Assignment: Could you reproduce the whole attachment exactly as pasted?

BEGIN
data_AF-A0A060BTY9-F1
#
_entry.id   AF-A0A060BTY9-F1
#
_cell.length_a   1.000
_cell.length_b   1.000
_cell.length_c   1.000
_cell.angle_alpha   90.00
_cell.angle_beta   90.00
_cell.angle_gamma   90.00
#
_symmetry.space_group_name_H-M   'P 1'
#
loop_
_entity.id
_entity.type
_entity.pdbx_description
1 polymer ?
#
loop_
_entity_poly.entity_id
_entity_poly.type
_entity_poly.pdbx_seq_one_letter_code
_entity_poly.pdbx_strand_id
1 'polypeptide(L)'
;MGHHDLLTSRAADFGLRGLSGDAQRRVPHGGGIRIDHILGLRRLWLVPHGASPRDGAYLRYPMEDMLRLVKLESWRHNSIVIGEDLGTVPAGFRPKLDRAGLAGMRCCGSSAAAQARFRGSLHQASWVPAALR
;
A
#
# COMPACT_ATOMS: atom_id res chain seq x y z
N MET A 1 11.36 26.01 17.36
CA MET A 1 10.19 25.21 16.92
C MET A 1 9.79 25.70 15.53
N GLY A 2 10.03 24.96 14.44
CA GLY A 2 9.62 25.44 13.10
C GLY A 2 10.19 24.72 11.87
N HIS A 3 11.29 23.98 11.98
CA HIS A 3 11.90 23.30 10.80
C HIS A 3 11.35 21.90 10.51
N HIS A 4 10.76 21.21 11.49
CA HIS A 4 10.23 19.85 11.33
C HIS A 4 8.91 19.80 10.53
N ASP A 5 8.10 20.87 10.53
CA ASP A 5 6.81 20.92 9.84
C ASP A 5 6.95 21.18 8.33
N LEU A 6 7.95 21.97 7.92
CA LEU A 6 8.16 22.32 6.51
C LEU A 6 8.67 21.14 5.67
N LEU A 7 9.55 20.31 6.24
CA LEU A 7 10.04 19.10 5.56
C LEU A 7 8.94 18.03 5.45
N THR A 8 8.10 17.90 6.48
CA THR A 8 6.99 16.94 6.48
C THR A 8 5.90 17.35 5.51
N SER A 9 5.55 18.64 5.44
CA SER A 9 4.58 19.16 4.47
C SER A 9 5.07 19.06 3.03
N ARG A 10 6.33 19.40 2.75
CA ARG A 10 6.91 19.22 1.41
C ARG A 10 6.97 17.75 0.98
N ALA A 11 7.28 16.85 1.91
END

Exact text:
data_AF-A0A060BTY9-F1
#
_entry.id   AF-A0A060BTY9-F1
#
_cell.length_a   1.000
_cell.length_b   1.000
_cell.length_c   1.000
_cell.angle_alpha   90.00
_cell.angle_beta   90.00
_cell.angle_gamma   90.00
#
_symmetry.space_group_name_H-M   'P 1'
#
loop_
_entity.id
_entity.type
_entity.pdbx_description
1 polymer ?
#
loop_
_entity_poly.entity_id
_entity_poly.type
_entity_poly.pdbx_seq_one_letter_code
_entity_poly.pdbx_strand_id
1 'polypeptide(L)'
;MGHHDLLTSRAADFGLRGLSGDAQRRVPHGGGIRIDHILGLRRLWLVPHGASPRDGAYLRYPMEDMLRLVKLESWRHNSIVIGEDLGTVPAGFRPKLDRAGLAGMRCCGSSAAAQARFRGSLHQASWVPAALR
;
A
#
# COMPACT_ATOMS: atom_id res chain seq x y z
N MET A 1 11.36 26.01 17.36
CA MET A 1 10.19 25.21 16.92
C MET A 1 9.79 25.70 15.53
N GLY A 2 10.03 24.96 14.44
CA GLY A 2 9.62 25.44 13.10
C GLY A 2 10.19 24.72 11.87
N HIS A 3 11.29 23.98 11.98
CA HIS A 3 11.90 23.30 10.80
C HIS A 3 11.35 21.90 10.51
N HIS A 4 10.76 21.21 11.49
CA HIS A 4 10.23 19.85 11.33
C HIS A 4 8.91 19.80 10.53
N ASP A 5 8.10 20.87 10.53
CA ASP A 5 6.81 20.92 9.84
C ASP A 5 6.95 21.18 8.33
N LEU A 6 7.95 21.97 7.92
CA LEU A 6 8.16 22.32 6.51
C LEU A 6 8.67 21.14 5.67
N LEU A 7 9.55 20.31 6.24
CA LEU A 7 10.04 19.10 5.56
C LEU A 7 8.94 18.03 5.45
N THR A 8 8.10 17.90 6.48
CA THR A 8 6.99 16.94 6.48
C THR A 8 5.90 17.35 5.51
N SER A 9 5.55 18.64 5.44
CA SER A 9 4.58 19.16 4.47
C SER A 9 5.07 19.06 3.03
N ARG A 10 6.33 19.40 2.75
CA ARG A 10 6.91 19.22 1.41
C ARG A 10 6.97 17.75 0.98
N ALA A 11 7.28 16.85 1.91